From the slums where people wait for years for a basic house to only a few kilometres away where on the beach front Europeans, South Africans and Namibians own their holiday beach houses (like Aucklanders and their holiday homes down at Coromandel's Pauanui), this small German influenced city has its extreme contrasts.
Swakopmund is also an adventure capital of Namibia so was a welcome break from the last few weeks of travel.
With two nights spent here at Dune's Lodge, I paid the extra for the luxury of a single room to both undertake a near complete machine wash of my clothes, then be able to spread out and repack for the last few days till Capetown.
I did the Township tour yesterday afternoon to see the DRC (Development Resettlement Community) slums where 40% are unemployed but still have to pay for water, a toilet is provided for every two houses, rubbish collected weekly for the whole street in jumbo bins, street lighting but no power; then up to the next level up with a basic 2 or 2 bedroom house. After this are what I call normal owner occupied or rented houses that I am used to in the western world then finally by the beach are streets of luxury houses shut up as the owners are absent.
My title of this blog is "A city that has four faces" meaning this city has to me four distinct types of living conditions with people still living in poverty to the rich.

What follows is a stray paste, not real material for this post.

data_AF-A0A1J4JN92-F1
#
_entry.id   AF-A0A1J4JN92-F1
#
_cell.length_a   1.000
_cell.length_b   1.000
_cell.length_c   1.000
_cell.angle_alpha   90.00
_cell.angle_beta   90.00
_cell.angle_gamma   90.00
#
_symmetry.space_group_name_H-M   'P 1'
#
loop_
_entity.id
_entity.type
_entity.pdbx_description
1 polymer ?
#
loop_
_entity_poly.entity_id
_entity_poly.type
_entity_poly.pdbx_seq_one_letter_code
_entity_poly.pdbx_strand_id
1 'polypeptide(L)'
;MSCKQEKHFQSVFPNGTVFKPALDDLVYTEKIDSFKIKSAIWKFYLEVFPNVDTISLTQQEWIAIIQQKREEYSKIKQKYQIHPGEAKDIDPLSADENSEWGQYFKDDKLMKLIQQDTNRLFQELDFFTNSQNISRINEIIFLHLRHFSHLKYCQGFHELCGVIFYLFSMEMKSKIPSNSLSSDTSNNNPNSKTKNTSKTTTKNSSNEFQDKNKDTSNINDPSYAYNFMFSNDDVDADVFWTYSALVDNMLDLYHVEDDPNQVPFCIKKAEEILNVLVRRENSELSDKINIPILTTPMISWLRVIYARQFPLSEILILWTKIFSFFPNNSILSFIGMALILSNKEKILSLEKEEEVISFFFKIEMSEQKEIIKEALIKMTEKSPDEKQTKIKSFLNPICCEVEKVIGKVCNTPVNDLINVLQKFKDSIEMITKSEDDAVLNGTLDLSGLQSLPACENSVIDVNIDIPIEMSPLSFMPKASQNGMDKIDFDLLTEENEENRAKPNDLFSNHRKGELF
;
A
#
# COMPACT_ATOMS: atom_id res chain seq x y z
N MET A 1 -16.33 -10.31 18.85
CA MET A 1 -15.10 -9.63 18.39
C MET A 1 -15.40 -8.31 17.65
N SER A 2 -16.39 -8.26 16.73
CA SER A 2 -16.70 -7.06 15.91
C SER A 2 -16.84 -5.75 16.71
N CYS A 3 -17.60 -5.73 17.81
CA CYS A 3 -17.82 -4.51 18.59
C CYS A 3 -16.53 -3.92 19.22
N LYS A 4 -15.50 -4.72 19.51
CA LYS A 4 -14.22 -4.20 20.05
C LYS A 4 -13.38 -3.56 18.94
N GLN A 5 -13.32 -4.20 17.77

My final blog will be titled something like: "Africa, a Continent of Contrasts".
A morning walk north along Swakopmund's waterfront where the sea mist rolled from the Atlantic Ocean to where the houses are locked up by absentee owners.
Bit of adventure now ... off quad biking, but the 10 km walk this morning along the coast seeing the closed up luxury houses was done in the cool sea fog air coming from the west. This was in contrast to yesterday's Township Tour seeing how 2/3 of the city 48,000 live as that was done in a hot east wind coming off the desert.
Swakopmund being a sea port is renowned for its fish meals!
Swakopmund: A city that has 4 faces
Monday, July 27, 2009